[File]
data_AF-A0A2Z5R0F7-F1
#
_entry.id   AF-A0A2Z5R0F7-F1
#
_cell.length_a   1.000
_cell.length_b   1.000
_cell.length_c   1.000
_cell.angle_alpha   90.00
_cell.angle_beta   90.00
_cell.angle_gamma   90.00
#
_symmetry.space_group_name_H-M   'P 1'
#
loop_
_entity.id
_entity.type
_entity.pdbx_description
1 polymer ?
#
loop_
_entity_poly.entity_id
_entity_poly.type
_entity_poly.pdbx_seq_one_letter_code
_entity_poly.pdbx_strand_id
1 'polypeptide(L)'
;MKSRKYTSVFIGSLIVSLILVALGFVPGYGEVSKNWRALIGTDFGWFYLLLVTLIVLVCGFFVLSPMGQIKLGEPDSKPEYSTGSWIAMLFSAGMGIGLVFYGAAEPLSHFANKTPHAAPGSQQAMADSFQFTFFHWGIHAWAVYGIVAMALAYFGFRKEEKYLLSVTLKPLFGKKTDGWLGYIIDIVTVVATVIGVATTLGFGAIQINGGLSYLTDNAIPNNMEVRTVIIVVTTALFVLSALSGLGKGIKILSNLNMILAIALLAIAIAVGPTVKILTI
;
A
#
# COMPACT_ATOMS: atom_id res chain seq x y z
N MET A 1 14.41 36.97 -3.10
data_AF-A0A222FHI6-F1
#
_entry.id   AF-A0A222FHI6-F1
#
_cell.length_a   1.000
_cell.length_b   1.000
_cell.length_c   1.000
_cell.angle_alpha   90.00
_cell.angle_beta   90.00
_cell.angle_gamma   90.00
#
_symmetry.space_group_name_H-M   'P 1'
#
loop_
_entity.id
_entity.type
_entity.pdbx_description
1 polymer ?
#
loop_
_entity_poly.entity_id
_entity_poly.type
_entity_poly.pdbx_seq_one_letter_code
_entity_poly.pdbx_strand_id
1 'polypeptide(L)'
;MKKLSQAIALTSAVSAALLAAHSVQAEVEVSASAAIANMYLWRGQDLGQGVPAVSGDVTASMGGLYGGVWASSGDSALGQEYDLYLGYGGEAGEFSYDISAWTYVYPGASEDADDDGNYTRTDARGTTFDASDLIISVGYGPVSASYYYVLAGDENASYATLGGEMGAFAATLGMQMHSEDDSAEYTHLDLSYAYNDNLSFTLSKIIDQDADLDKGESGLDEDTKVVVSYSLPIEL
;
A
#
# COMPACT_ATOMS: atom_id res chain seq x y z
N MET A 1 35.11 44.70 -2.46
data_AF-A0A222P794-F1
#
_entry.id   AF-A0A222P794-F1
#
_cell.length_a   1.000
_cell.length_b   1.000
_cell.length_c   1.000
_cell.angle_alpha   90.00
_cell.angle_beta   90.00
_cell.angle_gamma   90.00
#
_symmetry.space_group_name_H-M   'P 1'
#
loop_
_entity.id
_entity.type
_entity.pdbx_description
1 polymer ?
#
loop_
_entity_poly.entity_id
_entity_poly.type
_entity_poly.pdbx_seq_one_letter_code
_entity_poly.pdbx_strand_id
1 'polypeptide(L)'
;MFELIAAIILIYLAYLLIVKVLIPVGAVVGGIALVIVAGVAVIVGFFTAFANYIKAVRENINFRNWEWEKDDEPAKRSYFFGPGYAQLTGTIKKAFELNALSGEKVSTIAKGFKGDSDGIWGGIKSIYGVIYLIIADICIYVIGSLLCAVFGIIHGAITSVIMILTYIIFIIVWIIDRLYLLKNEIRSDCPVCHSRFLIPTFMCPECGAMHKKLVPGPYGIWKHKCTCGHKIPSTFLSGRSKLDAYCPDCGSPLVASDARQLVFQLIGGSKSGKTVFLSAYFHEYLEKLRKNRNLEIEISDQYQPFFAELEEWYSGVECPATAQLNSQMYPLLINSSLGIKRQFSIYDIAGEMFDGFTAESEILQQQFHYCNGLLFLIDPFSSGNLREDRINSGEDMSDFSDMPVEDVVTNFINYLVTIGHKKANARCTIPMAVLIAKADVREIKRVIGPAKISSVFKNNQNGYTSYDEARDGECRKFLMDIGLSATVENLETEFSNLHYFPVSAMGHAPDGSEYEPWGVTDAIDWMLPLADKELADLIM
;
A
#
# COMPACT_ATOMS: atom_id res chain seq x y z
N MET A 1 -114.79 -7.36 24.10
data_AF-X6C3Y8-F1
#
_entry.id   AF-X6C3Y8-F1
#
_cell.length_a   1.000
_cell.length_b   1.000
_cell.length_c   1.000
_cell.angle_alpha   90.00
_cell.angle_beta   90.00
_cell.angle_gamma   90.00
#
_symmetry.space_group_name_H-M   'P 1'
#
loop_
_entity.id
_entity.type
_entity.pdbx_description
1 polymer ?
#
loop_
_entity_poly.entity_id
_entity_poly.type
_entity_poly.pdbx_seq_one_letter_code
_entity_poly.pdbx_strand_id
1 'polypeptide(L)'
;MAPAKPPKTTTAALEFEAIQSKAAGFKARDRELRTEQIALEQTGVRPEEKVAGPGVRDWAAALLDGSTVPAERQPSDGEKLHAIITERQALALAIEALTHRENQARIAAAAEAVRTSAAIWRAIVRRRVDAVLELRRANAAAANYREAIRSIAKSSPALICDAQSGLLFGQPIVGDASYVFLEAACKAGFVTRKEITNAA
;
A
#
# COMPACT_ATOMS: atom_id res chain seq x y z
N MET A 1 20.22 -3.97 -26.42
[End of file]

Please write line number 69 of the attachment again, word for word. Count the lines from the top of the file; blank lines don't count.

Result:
_cell.length_c   1.000